Clear differences opened up between Dublin and London over the approach to the Hume-Adams peace plan. Mr Major told the leaders that it would not form any part of the Government's proposals, in spite of the shift in favour of the plan by Albert Reynolds, the Irish Prime Minister. Mr Major also allegedly told Mr Paisley that Dick Spring, the Irish foreign minister, had been 'putting words into my mouth' by suggesting that Britain had no reason to stay in Ulster other than that the majority in Northern Ireland wanted it.
In spite of these differences, the DUP leaders believe Mr Major is convinced he has an understanding with Mr Reynolds on the readiness of the Dublin government to surrender the claim to the North in articles two and three of its constitution. But they do not believe Mr Reynolds can deliver. One DUP source said Mr Major was being naive. Mr Paisley said: 'We warned him . . . (about) Reynolds's endeavour to raise a smokescreen on articles two and three. We pointed out there was no movement whatsoever by the Taoiseach on these immoral illegal and criminal claims on the territory of this part of the UK.'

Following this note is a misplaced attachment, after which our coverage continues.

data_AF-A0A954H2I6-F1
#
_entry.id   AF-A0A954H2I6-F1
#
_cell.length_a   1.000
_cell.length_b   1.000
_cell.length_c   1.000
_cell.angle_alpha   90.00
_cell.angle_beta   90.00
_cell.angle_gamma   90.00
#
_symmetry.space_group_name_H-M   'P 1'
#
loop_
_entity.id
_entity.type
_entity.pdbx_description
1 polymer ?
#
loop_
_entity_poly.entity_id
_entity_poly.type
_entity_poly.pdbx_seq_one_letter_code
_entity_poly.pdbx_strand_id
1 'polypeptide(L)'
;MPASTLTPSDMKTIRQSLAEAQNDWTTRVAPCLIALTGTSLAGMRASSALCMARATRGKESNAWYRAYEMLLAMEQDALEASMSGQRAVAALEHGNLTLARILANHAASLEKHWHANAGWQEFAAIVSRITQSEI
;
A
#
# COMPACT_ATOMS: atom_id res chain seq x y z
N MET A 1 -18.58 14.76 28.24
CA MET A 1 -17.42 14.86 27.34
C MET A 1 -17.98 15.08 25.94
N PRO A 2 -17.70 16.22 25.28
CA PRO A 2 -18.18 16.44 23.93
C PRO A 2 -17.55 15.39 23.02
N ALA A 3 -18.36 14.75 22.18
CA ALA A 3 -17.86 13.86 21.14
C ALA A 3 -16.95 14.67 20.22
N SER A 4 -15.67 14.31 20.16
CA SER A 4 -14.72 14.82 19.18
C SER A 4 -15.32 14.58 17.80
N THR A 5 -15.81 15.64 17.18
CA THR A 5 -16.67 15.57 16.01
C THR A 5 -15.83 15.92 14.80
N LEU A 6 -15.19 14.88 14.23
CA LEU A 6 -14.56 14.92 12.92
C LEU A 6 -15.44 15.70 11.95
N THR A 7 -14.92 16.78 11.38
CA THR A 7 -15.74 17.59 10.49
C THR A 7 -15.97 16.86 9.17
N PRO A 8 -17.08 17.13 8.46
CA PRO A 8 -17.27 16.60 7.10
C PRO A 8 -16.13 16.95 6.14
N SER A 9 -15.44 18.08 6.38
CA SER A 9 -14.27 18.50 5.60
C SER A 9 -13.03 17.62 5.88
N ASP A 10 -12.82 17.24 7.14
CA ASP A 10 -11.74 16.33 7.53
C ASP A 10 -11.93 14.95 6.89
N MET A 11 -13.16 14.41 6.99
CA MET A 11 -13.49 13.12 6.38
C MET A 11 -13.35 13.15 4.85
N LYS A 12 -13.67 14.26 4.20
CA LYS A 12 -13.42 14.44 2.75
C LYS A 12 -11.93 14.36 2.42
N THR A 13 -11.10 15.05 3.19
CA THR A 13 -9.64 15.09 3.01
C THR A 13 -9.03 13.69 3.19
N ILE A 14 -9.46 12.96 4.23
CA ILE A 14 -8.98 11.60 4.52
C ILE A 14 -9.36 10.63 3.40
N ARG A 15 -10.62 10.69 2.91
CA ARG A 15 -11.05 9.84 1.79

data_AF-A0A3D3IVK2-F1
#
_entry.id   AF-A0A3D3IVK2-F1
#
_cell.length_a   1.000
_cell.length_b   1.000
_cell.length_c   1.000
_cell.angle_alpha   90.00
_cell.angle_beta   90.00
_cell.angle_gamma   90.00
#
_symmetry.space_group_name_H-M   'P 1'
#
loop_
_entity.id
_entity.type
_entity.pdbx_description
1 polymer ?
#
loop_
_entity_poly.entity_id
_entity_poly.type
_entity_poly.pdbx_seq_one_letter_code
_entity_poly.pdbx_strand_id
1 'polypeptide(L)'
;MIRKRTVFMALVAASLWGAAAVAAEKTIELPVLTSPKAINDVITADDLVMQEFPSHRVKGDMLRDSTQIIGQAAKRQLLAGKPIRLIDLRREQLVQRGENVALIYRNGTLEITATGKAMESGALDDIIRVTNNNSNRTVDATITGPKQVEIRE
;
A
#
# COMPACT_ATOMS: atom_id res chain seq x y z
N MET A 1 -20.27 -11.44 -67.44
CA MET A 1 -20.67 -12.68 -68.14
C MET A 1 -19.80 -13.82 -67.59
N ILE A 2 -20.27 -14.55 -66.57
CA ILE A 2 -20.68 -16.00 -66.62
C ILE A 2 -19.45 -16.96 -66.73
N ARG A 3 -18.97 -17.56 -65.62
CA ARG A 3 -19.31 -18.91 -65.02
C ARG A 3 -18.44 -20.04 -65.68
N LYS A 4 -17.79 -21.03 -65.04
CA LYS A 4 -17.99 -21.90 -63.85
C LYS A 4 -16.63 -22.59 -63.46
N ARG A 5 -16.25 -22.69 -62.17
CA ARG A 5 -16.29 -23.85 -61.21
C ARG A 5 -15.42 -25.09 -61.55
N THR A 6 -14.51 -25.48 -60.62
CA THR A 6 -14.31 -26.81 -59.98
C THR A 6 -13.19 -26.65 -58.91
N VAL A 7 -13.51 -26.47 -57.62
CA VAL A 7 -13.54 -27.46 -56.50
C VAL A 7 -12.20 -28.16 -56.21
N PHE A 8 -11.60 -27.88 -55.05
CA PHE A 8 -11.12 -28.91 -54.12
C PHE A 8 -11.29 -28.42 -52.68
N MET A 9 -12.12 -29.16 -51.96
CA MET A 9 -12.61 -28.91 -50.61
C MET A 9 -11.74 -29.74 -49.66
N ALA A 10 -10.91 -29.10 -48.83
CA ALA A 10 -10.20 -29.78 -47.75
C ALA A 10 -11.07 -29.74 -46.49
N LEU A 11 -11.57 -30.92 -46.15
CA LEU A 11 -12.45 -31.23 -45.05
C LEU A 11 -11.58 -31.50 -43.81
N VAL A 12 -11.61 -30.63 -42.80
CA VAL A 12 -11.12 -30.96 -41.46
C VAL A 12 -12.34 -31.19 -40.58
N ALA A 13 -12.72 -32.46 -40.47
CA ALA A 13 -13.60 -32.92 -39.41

The DUP, which insisted that the Republic drops its claim to Northern Ireland before it will take part in revived inter-party talks, briefed Mr Major on its policy document, Breaking the Logjam, which proposed ending the claim as part of a lengthy process. Mr Paisley said: 'The Prime Minister said, 'I don't want to say no to it but I think I have a quicker way to deal with articles two and three and I want to pursue it that way. It may be that my way will not succeed in which case I have to come back to your proposal'.'
Both the DUP leader and Mr Molyneaux, who later attended a banquet at Buckingham Palace with the Prime Minister, expressed concern to Mr Major about the apparent shift by Mr Reynolds at the weekend in favour of the Adams-Hume proposals.
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